It was a familiar scene. Panting, with a stitch in your side, you finally crested a particular summit. Say that of Whiteside Mountain, Big or Little Green Mountain, Chinquapin or Satulah Mountain. You’d come across a sweeping view of the tangled knots of mountain, valley, hollow, and hill that distinguishes this corner of the world. If you felt the landscape deep in your bones your eyes might swim with tears—so many old memories, such intricate webs of flora, fauna, and rock; so much past and future. It was then, as the light refracted through the glaze of your tears, that you’d infallibly see Musidorus sitting on a warm bubble of sparkling rock, caught in a ray of light, even when the heavens dumped snow or at midnight—yes, even at midnight you would see that ray of honey-colored light break the darkness. And there he’d be. His beard pouring down the mountainside in waterfalls, the strands twirling around and grasping the distant hills like tentacles. He would sit in a full lotus posture, meditating, his hands resting in his lap, his thumbs lightly touching, breathing, simply breathing, the most placid expression on his face. His eyes would open just wide enough to see you. Slowly he would un-touch his thumbs and raise a palm; and just as you touched that palm, and the stars circled around your heart, he would vanish.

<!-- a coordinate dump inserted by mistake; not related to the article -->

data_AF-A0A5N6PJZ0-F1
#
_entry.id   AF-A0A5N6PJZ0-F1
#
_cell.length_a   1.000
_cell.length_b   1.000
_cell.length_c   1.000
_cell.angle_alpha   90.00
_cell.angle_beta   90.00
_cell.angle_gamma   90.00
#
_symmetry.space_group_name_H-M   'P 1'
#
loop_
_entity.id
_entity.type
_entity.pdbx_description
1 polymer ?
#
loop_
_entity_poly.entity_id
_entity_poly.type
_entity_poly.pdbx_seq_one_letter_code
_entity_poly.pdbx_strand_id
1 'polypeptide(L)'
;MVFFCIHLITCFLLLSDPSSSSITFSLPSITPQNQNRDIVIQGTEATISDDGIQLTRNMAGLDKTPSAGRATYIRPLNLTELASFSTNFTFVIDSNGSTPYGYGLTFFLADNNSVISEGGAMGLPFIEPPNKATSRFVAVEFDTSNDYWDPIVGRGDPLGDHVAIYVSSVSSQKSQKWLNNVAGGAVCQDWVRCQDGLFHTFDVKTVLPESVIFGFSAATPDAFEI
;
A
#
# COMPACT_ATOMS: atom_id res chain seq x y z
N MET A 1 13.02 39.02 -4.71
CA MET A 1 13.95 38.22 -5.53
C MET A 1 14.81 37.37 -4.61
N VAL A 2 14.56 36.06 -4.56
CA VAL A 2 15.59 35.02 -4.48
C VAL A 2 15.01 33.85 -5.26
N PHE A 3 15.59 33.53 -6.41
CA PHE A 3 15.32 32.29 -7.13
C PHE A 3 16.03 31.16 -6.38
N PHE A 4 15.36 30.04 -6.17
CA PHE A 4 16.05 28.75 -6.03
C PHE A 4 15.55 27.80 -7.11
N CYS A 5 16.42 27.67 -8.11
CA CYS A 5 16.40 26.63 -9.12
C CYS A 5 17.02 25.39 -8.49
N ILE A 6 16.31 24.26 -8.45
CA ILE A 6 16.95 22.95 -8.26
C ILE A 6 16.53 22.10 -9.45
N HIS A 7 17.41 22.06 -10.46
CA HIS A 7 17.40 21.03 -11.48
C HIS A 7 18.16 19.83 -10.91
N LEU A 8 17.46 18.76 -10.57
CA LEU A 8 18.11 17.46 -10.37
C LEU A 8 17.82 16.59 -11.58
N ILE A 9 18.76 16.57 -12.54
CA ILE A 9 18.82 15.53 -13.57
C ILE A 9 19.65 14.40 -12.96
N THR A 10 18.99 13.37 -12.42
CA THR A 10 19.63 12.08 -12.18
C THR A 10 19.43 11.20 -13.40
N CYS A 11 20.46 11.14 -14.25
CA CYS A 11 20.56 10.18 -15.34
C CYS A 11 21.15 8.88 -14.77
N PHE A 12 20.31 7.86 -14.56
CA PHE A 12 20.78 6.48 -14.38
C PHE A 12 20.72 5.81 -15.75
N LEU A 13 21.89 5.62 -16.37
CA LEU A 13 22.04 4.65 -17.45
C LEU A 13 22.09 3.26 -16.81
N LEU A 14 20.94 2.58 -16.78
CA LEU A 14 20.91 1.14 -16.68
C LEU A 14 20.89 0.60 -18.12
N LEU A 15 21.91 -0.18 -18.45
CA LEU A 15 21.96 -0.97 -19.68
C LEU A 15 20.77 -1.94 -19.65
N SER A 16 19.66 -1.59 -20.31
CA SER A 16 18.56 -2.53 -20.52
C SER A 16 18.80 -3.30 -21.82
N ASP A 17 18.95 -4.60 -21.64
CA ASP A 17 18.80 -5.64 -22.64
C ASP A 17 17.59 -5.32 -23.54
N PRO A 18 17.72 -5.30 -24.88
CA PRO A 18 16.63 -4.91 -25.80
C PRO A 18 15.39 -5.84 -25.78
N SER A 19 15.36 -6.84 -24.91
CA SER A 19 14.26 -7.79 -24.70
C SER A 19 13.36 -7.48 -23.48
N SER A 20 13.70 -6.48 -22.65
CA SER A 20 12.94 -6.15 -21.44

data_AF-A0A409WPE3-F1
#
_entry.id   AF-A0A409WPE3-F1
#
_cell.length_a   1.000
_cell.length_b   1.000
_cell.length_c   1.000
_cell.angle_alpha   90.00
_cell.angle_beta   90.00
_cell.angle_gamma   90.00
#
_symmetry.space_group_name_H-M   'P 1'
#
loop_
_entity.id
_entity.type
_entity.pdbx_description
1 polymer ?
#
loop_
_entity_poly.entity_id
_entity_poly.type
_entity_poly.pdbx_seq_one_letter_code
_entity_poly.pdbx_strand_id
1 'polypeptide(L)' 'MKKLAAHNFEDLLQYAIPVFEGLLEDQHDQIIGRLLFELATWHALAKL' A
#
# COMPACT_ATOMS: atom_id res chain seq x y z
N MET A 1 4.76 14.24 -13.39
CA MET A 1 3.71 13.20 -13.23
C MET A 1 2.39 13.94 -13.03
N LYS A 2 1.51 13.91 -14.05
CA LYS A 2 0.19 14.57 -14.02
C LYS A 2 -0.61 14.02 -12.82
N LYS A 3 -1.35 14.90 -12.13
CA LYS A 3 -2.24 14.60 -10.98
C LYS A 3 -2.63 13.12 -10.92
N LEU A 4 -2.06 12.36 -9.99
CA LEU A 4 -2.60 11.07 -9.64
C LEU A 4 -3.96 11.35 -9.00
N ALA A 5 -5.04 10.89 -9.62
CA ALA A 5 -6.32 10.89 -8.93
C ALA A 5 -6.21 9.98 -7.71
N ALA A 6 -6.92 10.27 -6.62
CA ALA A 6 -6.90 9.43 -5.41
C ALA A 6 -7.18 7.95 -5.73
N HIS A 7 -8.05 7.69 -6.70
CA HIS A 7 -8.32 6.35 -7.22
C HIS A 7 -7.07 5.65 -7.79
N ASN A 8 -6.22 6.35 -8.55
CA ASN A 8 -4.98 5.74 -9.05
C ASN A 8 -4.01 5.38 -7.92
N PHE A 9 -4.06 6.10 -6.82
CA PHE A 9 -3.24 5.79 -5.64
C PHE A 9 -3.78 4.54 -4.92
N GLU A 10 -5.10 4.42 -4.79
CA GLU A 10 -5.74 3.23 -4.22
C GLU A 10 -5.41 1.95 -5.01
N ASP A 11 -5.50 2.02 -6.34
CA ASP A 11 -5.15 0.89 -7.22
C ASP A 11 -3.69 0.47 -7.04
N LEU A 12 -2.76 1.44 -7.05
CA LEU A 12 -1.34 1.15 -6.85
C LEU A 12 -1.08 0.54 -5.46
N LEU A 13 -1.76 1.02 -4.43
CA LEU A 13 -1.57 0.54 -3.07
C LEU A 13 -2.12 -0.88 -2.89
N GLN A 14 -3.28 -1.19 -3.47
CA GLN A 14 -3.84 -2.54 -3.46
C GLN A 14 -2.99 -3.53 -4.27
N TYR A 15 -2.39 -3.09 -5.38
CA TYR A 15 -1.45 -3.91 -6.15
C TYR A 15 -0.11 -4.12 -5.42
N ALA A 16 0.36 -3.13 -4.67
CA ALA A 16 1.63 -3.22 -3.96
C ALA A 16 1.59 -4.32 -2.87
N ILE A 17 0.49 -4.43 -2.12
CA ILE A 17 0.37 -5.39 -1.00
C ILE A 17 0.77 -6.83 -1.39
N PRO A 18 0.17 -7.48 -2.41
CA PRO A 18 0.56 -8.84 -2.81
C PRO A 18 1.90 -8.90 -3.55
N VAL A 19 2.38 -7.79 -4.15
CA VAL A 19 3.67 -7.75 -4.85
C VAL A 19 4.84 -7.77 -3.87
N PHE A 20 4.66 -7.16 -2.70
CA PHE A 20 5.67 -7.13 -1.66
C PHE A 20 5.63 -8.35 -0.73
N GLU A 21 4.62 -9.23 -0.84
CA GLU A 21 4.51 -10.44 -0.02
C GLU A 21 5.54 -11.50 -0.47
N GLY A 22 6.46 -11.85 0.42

After the tragedy and ominous coincidence of the five human hermits dying on the same day, every journalist of the Nantahala Herald and every community member worth their salt sought the mountaintops at dusk to beseech Musidorus’s council. Through our tears, we all saw the same thing. And we mourn this curse. Instead of a ray of light from outer space, and that peaceful ancient at its far end, barely touching the earth with his rump, there was something else: a gash in the air, viscera on the rocks, and tiny hairs spreading outwards like a beard detonated.
Gregory Ariail lives and teaches in Tuscaloosa, Alabama. His work has appeared or is forthcoming in Indiana Review, The Offing, Diagram, Juked, and others.